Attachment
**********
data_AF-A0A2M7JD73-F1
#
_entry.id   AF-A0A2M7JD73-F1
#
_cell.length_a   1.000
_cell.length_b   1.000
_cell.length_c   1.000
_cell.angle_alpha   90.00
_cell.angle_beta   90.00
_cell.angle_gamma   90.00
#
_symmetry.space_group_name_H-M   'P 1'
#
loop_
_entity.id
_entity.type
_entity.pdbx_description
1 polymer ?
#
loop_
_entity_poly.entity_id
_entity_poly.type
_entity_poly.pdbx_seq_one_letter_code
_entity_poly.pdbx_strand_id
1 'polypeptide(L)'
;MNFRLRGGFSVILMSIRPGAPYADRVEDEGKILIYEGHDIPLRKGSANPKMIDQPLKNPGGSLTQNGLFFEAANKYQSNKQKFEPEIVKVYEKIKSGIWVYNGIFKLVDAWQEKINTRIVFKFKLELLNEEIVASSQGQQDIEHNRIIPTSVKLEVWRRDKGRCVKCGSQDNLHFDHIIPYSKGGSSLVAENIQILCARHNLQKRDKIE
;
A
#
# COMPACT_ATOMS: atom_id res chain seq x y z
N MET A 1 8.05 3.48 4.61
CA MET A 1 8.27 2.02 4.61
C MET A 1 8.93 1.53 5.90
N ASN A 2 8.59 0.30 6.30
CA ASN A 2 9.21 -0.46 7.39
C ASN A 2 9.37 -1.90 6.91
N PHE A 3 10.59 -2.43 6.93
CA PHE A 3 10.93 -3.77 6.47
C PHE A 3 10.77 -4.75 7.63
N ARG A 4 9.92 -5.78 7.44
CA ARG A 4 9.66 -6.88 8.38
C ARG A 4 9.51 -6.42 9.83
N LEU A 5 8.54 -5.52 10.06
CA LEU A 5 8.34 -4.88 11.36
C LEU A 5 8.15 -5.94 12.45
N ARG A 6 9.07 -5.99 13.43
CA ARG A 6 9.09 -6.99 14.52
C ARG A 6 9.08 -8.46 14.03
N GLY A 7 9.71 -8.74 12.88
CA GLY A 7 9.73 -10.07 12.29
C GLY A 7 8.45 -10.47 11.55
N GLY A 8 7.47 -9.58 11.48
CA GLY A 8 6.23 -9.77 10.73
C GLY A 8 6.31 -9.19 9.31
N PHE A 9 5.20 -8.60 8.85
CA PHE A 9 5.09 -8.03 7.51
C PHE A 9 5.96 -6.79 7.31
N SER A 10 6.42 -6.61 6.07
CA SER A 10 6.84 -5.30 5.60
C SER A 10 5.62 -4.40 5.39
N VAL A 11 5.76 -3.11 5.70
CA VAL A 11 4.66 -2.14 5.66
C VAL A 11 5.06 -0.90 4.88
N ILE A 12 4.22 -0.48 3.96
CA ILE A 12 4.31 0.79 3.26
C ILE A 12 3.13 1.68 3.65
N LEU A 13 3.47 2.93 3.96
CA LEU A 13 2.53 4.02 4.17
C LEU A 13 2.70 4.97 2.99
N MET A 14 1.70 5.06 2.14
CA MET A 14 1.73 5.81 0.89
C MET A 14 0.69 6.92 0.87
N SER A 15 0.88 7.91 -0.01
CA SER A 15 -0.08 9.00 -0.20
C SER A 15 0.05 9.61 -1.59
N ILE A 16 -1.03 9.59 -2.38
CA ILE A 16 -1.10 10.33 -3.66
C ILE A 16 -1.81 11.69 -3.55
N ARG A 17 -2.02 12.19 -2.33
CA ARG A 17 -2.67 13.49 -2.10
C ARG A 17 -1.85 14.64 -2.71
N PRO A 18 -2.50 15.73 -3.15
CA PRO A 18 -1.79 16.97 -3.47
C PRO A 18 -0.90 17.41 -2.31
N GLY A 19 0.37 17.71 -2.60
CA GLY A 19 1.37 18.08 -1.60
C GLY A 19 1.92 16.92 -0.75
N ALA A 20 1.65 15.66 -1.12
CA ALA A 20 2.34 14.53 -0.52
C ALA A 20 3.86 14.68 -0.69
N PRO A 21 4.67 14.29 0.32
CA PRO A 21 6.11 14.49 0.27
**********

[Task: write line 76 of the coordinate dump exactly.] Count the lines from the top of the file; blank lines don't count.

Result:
N ILE A 16 -1.03 9.59 -2.38